That might work in the short term, but over time it will deeply exhaust your energy reserves. Even though you are exhausted, you still might have trouble falling asleep and staying asleep. Caffeine has that affect on some people.

As your ability to get a good night’s rest deteriorates, the idea of getting eight hours of sleep becomes a fantasy–wishful thinking at best.

This can set up a vicious cycle of daytime drowsiness and nighttime insomnia that leaves you feeling like a zombie–a cranky, irritable zombie that can’t concentrate too well.

Problems with sleep are serious. Whether you sleep too much or too little, it’ll have a negative impact on your ability to function.

Don’t poo-poo sleep problems. They are a really good sign that you are having a major depressive episode.

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Appetite

Like problems with sleep, changes to your appetite will affect every other aspect of your life. Whether your appetite shrinks or grows, it will seriously mess with your energy levels and undermine your health.

It’s hard to force yourself to eat when you have no appetite, but without enough calories and nutrients you just won’t have any gas in your tank.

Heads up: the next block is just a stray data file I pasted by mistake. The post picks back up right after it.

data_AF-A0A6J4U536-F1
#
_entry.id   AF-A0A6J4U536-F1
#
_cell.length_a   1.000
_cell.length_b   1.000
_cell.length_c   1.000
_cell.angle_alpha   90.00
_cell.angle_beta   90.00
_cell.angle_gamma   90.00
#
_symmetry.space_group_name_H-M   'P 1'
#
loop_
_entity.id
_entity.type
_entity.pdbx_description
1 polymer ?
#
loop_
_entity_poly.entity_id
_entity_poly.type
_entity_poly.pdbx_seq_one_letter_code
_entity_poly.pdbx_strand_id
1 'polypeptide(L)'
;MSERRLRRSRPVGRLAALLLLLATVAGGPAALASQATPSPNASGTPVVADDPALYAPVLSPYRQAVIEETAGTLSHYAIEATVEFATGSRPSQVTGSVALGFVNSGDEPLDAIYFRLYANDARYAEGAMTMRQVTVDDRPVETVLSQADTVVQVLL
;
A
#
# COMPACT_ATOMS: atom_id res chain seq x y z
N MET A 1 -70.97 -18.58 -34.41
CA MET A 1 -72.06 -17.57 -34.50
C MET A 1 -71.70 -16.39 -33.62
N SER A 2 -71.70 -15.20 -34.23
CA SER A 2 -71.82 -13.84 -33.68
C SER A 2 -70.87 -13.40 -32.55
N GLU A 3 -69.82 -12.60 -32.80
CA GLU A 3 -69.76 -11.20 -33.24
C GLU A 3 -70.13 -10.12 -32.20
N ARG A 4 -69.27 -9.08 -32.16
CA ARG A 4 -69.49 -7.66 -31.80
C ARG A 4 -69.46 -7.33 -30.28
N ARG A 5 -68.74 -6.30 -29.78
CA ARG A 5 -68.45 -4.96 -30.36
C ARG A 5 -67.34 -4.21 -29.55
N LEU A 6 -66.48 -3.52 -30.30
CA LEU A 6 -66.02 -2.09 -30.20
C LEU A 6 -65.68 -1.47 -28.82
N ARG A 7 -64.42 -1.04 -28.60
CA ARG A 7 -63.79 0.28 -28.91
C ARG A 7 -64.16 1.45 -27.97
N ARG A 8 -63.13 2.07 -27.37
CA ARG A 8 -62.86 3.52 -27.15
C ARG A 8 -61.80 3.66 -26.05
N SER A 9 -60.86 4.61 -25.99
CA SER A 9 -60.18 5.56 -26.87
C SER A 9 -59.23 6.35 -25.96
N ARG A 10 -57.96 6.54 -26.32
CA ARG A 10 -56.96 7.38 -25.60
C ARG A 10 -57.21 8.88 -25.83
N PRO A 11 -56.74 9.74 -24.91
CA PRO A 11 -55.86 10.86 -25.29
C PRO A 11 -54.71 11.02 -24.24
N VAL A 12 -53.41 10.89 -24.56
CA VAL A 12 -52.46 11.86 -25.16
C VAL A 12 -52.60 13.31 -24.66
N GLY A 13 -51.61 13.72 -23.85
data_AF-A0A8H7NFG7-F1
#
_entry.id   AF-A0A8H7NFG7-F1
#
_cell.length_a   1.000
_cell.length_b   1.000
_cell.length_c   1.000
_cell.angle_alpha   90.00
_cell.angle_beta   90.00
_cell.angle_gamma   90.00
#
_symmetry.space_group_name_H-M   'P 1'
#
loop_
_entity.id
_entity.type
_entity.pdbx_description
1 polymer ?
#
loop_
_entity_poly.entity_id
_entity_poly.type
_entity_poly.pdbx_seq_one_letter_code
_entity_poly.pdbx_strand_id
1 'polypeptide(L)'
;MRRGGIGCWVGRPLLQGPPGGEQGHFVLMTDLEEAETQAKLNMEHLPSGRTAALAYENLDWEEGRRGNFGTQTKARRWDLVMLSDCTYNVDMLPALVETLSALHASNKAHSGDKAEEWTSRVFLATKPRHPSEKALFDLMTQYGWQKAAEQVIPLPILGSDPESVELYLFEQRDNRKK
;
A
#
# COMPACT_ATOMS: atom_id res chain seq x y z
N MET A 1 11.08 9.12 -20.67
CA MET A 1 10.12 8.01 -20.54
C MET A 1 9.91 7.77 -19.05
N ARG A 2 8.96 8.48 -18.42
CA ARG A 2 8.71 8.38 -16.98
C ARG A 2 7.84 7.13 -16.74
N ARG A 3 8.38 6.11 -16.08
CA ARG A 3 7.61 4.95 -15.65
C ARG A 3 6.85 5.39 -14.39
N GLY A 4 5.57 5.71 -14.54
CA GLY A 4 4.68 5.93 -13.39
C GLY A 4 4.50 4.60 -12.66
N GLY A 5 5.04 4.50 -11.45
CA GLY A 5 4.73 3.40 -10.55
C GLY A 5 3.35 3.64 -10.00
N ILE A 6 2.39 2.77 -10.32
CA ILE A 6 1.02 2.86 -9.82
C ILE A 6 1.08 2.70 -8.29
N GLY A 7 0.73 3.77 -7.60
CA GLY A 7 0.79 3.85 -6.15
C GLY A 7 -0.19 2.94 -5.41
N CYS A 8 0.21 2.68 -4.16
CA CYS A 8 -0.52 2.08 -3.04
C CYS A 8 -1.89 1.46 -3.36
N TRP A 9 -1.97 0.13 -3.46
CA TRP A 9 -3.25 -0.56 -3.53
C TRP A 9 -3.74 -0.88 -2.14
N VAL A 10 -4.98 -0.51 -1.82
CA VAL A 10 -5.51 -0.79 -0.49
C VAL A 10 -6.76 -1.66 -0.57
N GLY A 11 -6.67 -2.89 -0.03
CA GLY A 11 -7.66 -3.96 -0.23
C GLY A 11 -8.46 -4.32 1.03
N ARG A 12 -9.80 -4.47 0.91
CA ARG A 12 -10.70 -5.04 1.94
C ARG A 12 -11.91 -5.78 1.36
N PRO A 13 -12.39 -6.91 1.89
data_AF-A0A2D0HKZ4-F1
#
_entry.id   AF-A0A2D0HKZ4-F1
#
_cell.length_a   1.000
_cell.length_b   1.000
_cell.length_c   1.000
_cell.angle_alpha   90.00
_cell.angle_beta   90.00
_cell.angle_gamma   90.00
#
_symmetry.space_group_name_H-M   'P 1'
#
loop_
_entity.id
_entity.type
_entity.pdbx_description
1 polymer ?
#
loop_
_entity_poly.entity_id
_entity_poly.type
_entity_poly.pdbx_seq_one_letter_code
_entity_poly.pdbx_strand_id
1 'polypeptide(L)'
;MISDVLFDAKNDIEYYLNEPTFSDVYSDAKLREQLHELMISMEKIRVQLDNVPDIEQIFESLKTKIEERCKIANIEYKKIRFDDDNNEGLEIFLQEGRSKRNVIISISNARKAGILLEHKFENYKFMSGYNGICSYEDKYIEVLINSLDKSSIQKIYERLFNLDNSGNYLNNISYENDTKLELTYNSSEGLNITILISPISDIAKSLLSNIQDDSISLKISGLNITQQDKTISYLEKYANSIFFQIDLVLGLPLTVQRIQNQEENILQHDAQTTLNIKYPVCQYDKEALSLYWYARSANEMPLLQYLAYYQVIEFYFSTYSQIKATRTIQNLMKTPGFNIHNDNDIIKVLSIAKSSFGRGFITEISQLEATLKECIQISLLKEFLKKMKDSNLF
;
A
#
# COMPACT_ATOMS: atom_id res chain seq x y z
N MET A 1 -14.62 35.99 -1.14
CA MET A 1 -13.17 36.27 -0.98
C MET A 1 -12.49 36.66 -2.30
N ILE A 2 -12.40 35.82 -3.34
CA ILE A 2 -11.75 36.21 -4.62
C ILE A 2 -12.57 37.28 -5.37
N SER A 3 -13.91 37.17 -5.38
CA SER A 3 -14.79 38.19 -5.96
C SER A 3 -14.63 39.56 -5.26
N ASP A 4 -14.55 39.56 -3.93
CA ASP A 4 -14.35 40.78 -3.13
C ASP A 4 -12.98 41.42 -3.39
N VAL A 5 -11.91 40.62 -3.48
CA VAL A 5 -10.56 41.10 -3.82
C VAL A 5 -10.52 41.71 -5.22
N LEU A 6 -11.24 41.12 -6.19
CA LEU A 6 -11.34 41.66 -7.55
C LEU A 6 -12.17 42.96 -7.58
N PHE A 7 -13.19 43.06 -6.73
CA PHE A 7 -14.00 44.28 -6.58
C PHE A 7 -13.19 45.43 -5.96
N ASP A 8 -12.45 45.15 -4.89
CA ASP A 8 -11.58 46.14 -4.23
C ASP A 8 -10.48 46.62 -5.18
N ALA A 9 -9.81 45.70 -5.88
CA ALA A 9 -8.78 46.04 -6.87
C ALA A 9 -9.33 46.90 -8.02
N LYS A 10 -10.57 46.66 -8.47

Just being alive requires a certain number of calories, not to mention that your brain is an organ that requires a great deal of energy.

Eating too much is obviously not a good choice either, but food cravings are not to be trifled with. Unfortunately, people tend to go for fast-food and snacks when they have strong food cravings. It’s easy to eat too much but remain undernourished.

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Energy

Depression sucks the energy out of your body like a vampire. Everything becomes a huge effort, and you start to worry that you might not have enough time to get everything done.

You might also stop participating in your favorite activities, provided you still get pleasure from doing them, since you don’t have the energy to care or be social.

This will make you feel restless, bored, and frustrated, since you don’t have the opportunity to blow off stream and to express yourself.

This will also add to your feeling of isolation and lonliness, as you gradually become a hermit that only leaves the house for cigarettes, Ramen noodles, and toilet paper. Not good.